BOLO: The Word Crimes Just Keep Coming!

7 months ago
Dan Kosmeyer

"Word Crimes" was a big hit for Weird Al Yankovic, ttto "Blurred Lines," a song that needed the Weird Al treatment if one ever did. But there are lots more word crimes that never made it into the song, likely because to get radio play, a song has to be under four minutes long. In my life as an editor, I see word crimes that are 182 pages long.

Now back to that "ttto." It may be fairly easy to decode that as "to the tune of," just from context. IMHO, AFAIK, BTW, and IIRC are becoming common enough online acronyms, but what are we to do with TH:TBotFA? Or THGttG (sometimes written as THHGttG). I know we all could sit here for hours and make up things that they could stand for, but there are better things to do, like petting the cat or helping the needy.

If you are at all familiar with geek culture, you may know that these acronyms are movie and book titles – The Hobbit: The Battle of the Five Armies and The Hitchhikers' Guide to the Galaxy, respectively. It's bad enough that you sound like a noob (newbie) (neophyte) if you ask what ST:TOS means (Star Trek: The Original Series – you know, the one with Captain Kirk). But we fancy literary types don't inflict acronyms on others. We don't say FftMC when we mean Far from the Madding Crowd or TCoL49 for The Crying of Lot 49.

Perhaps the most annoying acronym of all is STFUATMM (or more politely, SUATMM. STFU is familiar to all but the most genteel, who abbreviate it as SU, but ATMM is more problematic, since this time no one bothers with lowercase letters to help you guess articles, conjunctions, and the like. No, this phrase is "Shut (the fuck) Up And Take My Money," which means, "You don't have to say another word; you had me at 'buy.'"

Full disclosure: I must admit that in my other blog (bipolarjan.wordpress.com), I do use the acronym YMMV, or "Your Mileage May Vary," to indicate that my experiences should not be generalized to everyone.

Another language trend which has gotten out of hand is "portmanteau words" –two words squashed together to make a new word with a meaning that combines them both.  (A portmanteau is a cross between a trunk and a suitcase.) Lewis Carroll, author of Alice in Wonderland, was, if not the inventor, surely a most prolific coiner of portmanteaus. The appear everywhere in his classic poem "Jabberwocky" – "slithy," meaning "lithe" and "slimy," for instance, or one that the English language has retained: "chortle," from "chuckle" and "snort." It's just so damn useful.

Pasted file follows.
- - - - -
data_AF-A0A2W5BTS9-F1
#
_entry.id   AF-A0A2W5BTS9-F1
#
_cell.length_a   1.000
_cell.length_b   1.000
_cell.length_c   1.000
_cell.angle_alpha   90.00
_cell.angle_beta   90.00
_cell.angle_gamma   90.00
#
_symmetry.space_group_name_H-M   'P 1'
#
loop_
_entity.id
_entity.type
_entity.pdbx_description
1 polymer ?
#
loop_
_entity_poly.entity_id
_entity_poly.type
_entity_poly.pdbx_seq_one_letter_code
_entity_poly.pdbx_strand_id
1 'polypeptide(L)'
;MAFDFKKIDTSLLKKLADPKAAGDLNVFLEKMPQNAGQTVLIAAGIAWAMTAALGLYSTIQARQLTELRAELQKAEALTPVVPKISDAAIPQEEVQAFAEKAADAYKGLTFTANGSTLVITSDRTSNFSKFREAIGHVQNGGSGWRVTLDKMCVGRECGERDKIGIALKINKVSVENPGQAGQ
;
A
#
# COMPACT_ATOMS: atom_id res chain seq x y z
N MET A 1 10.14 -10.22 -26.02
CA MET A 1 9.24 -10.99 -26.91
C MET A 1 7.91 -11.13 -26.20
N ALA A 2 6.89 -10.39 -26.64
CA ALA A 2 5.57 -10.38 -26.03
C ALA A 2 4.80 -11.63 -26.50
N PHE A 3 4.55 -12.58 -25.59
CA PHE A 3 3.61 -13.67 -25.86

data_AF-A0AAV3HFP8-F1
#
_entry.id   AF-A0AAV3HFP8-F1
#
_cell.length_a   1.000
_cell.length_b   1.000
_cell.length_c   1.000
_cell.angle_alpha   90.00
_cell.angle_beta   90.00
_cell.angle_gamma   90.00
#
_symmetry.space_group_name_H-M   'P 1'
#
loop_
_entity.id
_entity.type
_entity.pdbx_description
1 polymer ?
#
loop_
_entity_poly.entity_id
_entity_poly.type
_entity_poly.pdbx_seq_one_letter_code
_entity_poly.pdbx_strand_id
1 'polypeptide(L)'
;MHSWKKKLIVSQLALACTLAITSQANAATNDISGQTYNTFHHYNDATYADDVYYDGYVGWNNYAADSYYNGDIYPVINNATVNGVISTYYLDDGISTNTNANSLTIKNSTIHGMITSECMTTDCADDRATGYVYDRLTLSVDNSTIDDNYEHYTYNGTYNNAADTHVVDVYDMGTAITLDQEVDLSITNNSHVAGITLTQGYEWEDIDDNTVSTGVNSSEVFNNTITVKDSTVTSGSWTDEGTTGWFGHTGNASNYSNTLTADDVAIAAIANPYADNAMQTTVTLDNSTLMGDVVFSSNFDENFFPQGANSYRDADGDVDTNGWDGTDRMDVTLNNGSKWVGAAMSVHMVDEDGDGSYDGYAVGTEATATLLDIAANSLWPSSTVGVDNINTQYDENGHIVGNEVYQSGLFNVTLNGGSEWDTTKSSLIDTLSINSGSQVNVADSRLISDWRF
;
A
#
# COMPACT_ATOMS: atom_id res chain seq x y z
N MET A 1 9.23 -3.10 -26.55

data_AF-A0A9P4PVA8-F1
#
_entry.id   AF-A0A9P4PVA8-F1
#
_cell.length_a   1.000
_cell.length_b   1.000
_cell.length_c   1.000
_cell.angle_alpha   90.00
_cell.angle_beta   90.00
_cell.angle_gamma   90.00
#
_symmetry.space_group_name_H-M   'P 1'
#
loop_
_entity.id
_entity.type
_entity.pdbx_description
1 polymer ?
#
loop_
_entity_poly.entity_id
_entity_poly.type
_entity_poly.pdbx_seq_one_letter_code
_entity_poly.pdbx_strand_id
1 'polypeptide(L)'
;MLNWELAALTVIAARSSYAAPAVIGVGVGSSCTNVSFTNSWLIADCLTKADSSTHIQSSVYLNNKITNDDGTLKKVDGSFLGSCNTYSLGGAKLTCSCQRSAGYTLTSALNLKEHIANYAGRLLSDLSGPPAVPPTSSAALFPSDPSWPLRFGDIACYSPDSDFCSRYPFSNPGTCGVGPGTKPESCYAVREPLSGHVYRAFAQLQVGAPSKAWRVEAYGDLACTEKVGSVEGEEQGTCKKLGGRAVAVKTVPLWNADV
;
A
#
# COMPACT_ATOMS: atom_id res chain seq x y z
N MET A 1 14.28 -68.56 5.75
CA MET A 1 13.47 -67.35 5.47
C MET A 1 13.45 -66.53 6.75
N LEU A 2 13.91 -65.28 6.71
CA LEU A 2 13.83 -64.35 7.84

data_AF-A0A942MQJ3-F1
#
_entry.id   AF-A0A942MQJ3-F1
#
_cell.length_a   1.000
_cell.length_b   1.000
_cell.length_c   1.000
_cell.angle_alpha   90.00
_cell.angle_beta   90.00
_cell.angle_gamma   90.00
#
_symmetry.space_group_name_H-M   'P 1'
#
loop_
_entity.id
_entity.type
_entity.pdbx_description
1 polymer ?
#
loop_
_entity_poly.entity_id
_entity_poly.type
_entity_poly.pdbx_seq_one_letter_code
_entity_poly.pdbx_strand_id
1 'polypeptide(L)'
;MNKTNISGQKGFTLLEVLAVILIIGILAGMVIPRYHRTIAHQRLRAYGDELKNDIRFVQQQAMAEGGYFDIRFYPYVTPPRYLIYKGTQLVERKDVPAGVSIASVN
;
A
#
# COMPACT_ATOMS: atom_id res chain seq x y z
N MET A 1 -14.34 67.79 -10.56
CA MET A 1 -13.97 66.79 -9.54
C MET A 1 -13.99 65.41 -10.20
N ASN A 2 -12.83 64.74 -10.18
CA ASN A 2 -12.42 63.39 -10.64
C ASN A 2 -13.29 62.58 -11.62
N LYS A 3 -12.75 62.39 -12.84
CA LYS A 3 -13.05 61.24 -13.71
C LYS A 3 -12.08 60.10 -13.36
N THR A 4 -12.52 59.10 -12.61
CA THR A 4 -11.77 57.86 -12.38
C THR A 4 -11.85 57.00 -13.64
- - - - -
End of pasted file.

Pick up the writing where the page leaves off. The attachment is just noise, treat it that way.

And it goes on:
"Brunch" and "motel" are useful portmanteaus too, but advertising has taken such words too far. I suppose it's too late to kill off "sale-a-bration," but can we call a moratorium on "transfarency" (airline usage) and "unjection" (prescription medicine)? Bon appe-cheese? Trucksicle?  And anything that ends in "-licious" or "-tastic"?

And while we're on the subject of advertising, can we please stop having Washington and Lincoln dancing around for Presidents Day sales? It's undignified, first of all, and there is no known connection between the leaders of our country and linens, unless you credit the rumors that Washington slept virtually everywhere.

You could, I suppose, make a connection between Washington and nurseries that sell cherry trees, but even that would be bogus and nurseries' advertising budgets are not huge. (They spend it all on catalogues.)

Not to worry, though. Even if we manage to eliminate these heinous crimes, there are plenty of others in existence and soon to be created. Among the ones that make me shudder are weather-related portmanteaus like "Snowpocalypse" and "Snowmageddon"; "gifted" to mean "gave someone a present"; and most words that end in "ize." And don't even get me started on the way my husband pronounces "foliage" when he reads those nursery catalogues. Or how "catalogue," "dialogue," and "doughnut" are spelled these days. Or...or...or...

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